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Amy and Wayne Bartholomee had always dreamed of waterfront living. After years of searching, they found the perfect property just a stone’s throw from their house in the development of North Shore on the Magothy in Pasadena— across the street, to be exact. By moving into the neighboring Cape Cod, they traded distant views of the Magothy River for a property on the waterfront. But the 1929 home, with its choppy interior and knotty pine paneling, didn’t exactly fit the family’s dream.

“We really wanted something different, a home where public spaces were public. [But also] we really wanted something that was going to fit in when people approached from the water,” says Amy Bartholomee. “You know a lot of times when you go out on the boat and you see houses on the river, and there are these smaller homes next to this huge monstrosity and it looks so silly. So we wanted something that was going to fit in aesthetically.”

To that end, they decided to tear down the traditional Cape Cod and build a modern home a la Frank Lloyd Wright in its place.

The first task was to find the perfect architect— “We went through half a dozen with egos bigger than mine,” says Wayne Bartholomee. Finally, the family struck gold when Robert Greene, a 69-year-old former apprentice of Frank Lloyd Wright, agreed to come out of retirement to do the project. He left his home in Atlanta to stay with the Bartholomees for a few days, getting an idea of their lifestyle and taste. Then he produced conceptual drawings suited to the family’s wants (a refined modern home) and needs (a livable space that accommodates growing preteen boys). They couldn’t have been happier.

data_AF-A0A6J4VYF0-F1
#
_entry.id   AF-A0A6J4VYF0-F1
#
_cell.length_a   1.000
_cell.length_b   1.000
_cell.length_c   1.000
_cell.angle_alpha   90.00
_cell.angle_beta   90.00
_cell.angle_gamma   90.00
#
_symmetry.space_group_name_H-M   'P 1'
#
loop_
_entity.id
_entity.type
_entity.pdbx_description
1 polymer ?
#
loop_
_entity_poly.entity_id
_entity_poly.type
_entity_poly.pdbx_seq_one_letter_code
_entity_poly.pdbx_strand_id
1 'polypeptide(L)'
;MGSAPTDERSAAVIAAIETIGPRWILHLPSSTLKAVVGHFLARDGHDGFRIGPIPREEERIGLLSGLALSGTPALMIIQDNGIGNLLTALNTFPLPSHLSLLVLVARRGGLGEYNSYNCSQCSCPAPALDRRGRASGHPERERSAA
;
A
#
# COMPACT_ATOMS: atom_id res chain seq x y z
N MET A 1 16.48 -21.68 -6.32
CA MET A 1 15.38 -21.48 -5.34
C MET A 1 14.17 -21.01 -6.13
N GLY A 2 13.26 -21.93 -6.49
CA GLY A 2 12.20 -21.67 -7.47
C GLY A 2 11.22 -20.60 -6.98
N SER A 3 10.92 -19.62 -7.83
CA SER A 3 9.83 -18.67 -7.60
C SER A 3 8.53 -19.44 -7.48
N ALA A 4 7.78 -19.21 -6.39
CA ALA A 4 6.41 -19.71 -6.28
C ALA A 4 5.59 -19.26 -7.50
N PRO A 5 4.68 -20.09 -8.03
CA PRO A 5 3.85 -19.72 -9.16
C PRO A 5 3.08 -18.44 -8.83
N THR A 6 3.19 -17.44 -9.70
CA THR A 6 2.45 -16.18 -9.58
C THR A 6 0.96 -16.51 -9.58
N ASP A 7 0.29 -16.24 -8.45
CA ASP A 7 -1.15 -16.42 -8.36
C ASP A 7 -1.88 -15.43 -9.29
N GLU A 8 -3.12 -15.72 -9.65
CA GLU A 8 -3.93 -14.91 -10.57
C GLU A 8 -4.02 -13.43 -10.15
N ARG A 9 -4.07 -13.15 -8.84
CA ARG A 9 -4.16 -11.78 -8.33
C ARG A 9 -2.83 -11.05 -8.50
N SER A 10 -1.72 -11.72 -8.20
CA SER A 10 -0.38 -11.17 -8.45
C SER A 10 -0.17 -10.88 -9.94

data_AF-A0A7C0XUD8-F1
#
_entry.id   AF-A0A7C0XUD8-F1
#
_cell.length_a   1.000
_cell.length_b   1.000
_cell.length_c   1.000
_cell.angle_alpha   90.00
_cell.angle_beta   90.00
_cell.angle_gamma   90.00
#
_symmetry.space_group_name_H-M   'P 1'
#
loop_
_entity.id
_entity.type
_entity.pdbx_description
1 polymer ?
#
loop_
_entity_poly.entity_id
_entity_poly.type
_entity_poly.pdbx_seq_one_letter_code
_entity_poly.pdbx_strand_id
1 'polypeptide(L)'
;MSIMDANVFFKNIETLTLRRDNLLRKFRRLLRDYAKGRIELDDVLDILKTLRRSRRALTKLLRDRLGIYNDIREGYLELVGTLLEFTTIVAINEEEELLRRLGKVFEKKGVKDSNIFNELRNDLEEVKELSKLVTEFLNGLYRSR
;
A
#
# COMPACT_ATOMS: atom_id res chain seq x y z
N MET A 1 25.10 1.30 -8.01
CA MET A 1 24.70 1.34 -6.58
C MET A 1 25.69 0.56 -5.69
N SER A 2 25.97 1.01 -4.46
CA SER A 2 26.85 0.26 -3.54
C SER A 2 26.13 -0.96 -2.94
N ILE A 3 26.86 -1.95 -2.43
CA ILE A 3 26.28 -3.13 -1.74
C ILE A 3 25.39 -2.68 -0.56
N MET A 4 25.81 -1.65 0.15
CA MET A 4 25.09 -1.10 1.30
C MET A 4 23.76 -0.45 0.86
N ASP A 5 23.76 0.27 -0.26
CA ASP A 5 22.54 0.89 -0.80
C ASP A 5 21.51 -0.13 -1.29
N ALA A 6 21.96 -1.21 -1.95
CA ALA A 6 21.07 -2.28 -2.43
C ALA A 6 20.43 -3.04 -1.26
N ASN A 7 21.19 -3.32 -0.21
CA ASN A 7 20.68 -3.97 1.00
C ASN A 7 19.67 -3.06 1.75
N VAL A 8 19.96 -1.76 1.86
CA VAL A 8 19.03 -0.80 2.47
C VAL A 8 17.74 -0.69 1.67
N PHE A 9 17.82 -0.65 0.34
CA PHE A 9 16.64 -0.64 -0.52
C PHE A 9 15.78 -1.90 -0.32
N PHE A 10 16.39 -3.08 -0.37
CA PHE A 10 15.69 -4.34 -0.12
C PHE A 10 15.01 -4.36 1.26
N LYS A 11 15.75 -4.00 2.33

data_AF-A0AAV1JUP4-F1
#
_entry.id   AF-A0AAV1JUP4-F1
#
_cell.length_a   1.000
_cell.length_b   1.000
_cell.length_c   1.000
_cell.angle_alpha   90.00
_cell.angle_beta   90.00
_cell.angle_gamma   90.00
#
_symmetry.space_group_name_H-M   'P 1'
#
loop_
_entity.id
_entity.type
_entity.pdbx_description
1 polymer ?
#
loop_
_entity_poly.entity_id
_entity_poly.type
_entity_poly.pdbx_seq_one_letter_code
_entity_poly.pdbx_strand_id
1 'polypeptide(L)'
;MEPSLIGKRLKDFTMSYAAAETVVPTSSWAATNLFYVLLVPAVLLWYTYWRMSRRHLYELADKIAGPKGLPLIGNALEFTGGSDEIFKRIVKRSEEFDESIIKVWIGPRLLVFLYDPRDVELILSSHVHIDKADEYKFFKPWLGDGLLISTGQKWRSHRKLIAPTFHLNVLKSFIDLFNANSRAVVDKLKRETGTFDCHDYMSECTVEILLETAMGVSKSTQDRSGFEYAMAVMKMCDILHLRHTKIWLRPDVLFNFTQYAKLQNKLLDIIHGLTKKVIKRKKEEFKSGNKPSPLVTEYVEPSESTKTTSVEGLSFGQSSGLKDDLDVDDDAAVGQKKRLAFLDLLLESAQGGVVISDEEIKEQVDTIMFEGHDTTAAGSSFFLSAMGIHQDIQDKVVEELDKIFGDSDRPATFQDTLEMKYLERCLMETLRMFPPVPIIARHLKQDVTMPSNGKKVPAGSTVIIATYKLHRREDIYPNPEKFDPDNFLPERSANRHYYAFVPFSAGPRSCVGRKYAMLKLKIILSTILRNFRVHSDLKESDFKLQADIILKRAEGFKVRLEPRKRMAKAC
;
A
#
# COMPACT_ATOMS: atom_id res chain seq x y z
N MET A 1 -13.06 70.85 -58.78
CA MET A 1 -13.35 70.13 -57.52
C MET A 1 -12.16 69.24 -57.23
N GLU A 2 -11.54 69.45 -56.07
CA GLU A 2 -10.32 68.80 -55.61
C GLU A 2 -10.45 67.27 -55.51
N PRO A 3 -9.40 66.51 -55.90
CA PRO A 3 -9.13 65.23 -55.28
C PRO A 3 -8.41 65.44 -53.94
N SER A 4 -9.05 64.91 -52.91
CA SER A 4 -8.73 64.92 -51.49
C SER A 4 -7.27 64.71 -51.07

Then, one day in 2003, the Bartholomees logged on to their computer— after Hurricane Isabel stranded them for five days without power— to find an e-mail from Greene’s son announcing his father’s death from an aneurysm.

“We both had nothing to say. We were just staring at the screen like, ‘What? I can’t believe he died,’” says Amy Bartholomee. “So we had to start all over again trying to find somebody who would honor his work, because we just loved his drawings. They were so beautiful.”

Their search led them to Taliesin Preservation Inc., the prestigious Frank Lloyd Wright School of Architecture in Spring Green, Wis., where Greene began his apprenticeship in 1958. “We knew [Greene] was very connected with the alumni association there,” says Amy Bartholomee. “Wayne called and said, ‘You know, do you think you have an architect who would be willing to finish what Robert started?’And so that’s how we got our current architect, Jamie Kimber.”

Initially Kimber, who lives in Madison, Wis., and has an office there and in Minneapolis, planned to implement Greene’s vision to a T. But the more he got to know the Bartholomees, the more he realized Greene’s design, however beautiful, was not exactly what the family was looking for. After making a series of major changes, including revamping the home’s floor plan, Kimber realized he was fighting Greene’s design.